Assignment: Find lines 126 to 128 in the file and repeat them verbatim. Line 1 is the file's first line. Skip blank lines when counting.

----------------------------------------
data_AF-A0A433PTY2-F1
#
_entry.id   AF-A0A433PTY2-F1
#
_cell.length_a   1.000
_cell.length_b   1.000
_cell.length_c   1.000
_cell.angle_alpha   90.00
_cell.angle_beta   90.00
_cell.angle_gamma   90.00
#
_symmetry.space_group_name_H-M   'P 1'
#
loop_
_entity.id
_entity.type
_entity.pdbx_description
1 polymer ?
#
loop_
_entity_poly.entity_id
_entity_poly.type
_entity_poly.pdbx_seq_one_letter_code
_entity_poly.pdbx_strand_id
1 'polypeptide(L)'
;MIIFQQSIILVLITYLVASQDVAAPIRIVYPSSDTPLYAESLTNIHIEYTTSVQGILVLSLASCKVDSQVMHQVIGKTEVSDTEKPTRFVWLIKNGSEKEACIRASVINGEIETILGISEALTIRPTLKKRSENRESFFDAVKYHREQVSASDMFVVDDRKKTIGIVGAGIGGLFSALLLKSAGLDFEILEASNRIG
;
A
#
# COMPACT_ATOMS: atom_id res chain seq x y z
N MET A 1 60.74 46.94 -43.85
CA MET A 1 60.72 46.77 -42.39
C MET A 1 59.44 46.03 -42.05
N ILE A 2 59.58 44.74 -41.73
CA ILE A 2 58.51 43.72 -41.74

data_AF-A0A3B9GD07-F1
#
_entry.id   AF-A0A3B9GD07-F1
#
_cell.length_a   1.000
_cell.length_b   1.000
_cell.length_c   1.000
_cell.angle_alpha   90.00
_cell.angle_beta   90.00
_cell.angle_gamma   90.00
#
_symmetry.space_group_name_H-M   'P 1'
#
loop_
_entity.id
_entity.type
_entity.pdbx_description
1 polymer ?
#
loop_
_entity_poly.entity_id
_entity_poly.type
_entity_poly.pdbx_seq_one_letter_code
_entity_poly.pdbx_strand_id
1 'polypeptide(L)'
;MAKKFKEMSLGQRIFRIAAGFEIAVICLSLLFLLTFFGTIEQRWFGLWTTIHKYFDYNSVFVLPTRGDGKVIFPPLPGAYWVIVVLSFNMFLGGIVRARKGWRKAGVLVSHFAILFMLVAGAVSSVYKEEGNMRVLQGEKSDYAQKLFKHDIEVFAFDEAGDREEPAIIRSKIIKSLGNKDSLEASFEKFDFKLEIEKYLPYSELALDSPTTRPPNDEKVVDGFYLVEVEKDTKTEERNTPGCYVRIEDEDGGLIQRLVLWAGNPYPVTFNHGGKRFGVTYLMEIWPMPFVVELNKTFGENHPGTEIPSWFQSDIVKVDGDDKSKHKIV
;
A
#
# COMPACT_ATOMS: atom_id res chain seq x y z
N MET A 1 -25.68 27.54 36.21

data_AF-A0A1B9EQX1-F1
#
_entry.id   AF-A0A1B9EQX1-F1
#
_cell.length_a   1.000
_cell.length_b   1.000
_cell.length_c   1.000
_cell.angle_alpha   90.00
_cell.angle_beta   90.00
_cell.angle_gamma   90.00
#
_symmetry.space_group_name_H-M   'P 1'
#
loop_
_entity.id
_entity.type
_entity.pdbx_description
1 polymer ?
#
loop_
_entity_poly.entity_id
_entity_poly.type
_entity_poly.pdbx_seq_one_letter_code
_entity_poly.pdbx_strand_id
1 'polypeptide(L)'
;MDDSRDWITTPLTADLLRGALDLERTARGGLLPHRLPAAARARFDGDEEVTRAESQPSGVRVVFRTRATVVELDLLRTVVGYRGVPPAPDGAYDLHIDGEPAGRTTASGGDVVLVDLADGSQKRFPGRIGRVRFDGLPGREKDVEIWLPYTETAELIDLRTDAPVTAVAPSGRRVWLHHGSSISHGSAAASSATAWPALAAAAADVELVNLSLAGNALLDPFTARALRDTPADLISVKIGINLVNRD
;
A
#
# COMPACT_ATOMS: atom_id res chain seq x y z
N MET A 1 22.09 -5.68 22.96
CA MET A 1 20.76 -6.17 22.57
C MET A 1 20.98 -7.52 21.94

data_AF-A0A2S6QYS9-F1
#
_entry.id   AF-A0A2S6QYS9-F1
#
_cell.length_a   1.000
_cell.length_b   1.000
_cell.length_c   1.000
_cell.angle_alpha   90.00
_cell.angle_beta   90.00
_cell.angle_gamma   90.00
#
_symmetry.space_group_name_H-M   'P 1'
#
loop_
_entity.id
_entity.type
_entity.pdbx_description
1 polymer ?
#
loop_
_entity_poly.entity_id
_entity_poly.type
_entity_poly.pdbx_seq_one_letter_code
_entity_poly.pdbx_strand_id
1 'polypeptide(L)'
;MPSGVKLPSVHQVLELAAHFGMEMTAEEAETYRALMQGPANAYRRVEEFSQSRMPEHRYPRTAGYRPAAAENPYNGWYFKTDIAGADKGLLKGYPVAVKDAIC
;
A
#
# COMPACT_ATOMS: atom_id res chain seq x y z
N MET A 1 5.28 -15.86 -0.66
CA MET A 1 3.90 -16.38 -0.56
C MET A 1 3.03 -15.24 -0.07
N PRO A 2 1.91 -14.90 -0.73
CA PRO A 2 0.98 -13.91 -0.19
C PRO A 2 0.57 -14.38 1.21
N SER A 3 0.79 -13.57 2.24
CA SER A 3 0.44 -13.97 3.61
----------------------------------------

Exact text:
;
A
#